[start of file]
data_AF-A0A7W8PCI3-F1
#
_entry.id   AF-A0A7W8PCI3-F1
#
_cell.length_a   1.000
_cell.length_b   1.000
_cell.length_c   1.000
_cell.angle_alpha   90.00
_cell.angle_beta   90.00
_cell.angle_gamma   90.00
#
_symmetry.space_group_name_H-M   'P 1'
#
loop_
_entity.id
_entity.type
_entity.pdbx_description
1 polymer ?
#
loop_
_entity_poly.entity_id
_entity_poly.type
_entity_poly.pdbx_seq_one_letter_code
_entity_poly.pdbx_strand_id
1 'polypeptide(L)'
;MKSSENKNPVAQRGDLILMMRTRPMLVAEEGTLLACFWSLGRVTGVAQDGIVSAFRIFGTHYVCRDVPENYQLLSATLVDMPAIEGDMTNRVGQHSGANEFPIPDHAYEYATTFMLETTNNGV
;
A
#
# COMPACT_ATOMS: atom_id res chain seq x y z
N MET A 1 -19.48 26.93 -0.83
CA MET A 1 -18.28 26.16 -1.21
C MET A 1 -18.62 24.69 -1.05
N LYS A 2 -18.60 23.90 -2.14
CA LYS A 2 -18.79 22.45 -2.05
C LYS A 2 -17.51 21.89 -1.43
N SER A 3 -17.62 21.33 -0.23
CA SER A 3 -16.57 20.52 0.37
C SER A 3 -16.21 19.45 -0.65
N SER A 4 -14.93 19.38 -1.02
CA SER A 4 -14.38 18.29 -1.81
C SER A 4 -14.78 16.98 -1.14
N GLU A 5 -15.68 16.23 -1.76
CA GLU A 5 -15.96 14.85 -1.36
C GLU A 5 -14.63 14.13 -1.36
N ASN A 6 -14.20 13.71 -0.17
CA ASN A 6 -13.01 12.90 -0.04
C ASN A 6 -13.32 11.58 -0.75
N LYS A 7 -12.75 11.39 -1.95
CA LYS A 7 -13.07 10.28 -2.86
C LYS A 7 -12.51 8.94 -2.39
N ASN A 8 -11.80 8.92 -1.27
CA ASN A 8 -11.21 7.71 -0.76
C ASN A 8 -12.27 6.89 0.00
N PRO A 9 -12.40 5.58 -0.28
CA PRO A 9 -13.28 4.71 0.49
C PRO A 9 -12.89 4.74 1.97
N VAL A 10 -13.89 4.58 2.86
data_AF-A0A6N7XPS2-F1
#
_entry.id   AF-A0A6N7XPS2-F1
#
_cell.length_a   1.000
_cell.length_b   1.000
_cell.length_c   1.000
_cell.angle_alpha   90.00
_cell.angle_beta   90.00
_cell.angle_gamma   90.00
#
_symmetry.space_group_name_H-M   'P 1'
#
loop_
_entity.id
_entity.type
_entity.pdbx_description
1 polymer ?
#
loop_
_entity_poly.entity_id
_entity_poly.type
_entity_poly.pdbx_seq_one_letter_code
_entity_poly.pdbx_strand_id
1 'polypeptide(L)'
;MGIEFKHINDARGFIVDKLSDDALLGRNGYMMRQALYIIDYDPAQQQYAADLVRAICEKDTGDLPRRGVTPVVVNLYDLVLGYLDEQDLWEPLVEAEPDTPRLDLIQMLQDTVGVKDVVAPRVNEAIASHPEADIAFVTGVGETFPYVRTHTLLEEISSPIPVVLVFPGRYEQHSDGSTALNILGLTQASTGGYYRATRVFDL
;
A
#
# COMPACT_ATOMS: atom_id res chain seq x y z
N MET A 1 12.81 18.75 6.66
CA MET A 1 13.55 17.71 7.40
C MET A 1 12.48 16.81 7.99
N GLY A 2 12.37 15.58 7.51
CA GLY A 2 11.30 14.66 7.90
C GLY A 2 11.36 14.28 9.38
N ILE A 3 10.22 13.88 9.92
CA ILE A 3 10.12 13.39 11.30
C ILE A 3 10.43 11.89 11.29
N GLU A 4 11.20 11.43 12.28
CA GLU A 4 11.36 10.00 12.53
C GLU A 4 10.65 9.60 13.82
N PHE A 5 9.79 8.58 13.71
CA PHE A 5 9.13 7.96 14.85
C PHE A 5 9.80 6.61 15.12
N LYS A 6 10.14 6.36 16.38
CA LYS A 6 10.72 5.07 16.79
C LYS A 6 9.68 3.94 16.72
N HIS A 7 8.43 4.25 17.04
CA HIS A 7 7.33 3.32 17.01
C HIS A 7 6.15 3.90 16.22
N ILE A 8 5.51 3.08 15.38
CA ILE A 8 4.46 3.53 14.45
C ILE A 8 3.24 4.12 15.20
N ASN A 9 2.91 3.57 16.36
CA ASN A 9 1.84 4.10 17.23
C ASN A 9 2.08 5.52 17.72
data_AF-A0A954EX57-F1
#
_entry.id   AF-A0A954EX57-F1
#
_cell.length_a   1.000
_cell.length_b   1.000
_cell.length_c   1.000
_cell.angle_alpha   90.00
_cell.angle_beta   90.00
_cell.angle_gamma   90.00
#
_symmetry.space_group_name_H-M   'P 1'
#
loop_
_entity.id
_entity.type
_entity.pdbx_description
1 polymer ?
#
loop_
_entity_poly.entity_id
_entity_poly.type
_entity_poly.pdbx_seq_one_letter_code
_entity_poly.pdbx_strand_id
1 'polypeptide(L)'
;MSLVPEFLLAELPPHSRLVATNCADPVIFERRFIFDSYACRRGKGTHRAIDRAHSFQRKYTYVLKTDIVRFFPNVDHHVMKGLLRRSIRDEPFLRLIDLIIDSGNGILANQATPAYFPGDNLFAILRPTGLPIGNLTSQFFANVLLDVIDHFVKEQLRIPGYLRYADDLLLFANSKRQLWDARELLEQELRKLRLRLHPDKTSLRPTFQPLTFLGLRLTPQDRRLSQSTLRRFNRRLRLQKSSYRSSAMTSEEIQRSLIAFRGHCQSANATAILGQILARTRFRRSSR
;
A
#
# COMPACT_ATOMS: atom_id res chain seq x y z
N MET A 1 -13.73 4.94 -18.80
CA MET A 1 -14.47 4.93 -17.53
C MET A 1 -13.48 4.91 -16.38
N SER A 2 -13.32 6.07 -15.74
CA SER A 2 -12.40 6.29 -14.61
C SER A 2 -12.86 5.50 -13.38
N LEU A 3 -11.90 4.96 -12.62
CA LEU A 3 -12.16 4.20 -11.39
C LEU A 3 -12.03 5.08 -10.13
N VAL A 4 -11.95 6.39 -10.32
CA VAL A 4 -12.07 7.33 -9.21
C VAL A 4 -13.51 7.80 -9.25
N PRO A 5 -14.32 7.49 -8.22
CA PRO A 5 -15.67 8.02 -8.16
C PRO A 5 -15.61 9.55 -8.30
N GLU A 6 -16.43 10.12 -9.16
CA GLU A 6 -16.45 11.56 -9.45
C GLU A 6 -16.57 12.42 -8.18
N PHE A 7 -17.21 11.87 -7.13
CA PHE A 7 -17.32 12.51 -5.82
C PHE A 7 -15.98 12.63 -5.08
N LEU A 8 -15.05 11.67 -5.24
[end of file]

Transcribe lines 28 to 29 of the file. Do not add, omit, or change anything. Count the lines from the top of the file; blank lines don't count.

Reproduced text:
A
#